The World Is Shifting to Cleaner Energy Forms, but What About Sustainability?


  • Governments across the globe have come up with policies that encourage companies to change to alternative energy modes.
  • Though there is more awareness now, it is also essential to look into the sustainability of these energy models.
  • Increasing demand would have an impact on the supply chain and prices of raw materials.

After years of neglect over climate change, countries have gradually realised the reality.  Governments across the globe have come up with policies that encourage companies to change to alternative energy modes.

A recent report published by the International Energy Agency (IEA) said that while businesses have been ravaged by the Covid-19 pandemic, renewables seem to have bucked the trend and grew at its fastest last year, since 1999. The annual capacity of renewables additions in 2020 jumped 45 per cent on year to almost 280 GW, the report found.

As recently as last week, oil and giants ExxonMobil and Chevron Corporation faced investor pushback to bring down their fossil fuel demand and switch to cleaner alternatives. Royal Dutch Shell (LON:RDSA) was pulled up by a Dutch court that asked the company to cut down by 45 per cent its greenhouse emissions by the end of 2030.

Global warming control


While there is an increasing awareness around cleaner energy forms and a push to shift to those alternatives, it is also essential to look into the sustainability of these energy models, if the world has to strictly adhere to the commitments made in the Paris Agreement. Key among them is to restrict global warming to less than 2 degree Celsius over pre-industrial levels.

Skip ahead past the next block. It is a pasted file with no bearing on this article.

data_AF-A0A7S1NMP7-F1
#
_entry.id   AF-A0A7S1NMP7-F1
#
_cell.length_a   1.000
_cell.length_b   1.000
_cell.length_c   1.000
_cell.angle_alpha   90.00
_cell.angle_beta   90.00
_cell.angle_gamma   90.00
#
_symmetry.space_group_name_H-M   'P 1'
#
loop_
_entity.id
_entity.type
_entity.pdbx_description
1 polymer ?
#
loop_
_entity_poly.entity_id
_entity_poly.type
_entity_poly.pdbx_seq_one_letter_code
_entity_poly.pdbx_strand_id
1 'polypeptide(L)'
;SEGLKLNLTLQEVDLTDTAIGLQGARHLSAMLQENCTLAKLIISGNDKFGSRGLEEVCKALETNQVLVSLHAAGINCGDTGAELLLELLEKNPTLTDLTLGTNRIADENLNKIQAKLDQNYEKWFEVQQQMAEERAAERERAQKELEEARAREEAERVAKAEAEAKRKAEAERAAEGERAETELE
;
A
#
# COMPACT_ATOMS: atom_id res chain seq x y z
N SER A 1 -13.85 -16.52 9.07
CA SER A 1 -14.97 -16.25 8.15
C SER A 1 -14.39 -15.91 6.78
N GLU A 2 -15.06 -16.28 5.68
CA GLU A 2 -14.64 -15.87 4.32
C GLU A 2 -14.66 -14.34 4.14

For the whole world to be able to transition to cleaner electric vehicles as a mode of commute, the supply of minerals and metals used in batteries have to shoot up dramatically. Electric vehicles cannot function without charging stations and batteries. To adhere strictly to the Paris Agreement, emissions-heavy sectors like steel would have to decarbonise by creating completely new technologies and figure out a roadmap to net-zero steelmaking.

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Cost of green energy shift

Raw materials necessary for the shift to more sustainable energy forms, like manganese, copper, graphite, and lithium, among others, are neither produced in most of the countries of the world nor are available in large quantities to make a shift to cleaner variants.

According to certain estimates, the price of aluminium and copper would represent approximately 20 per cent of the total investment on the grid. This means that steep prices would affect the adequacy of the particular investment.

As per an IEA forecast, the share of clean energy in total demand would increase significantly in the next 20 years. For copper, it would increase to over 40 per cent, close to 90 per cent for lithium and about 60-70 per cent for cobalt and nickel. This would have obvious implications on the supply chain and prices as excess demand gets aggravated.

For the oil and gas sector, strict emission rules would lead to losing out of business for companies in the sector, and that would impact the profitability of these companies.

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Companies whose average production costs are higher are finding it difficult to implement the new technologies meant for the reduction of emission.

Despite there being a strong demand for shifting to alternative forms of energy, a complete or even a majority transition is a distant dream. Both business leaders and policymakers would have to collaborate on how to navigate the changing energy landscape.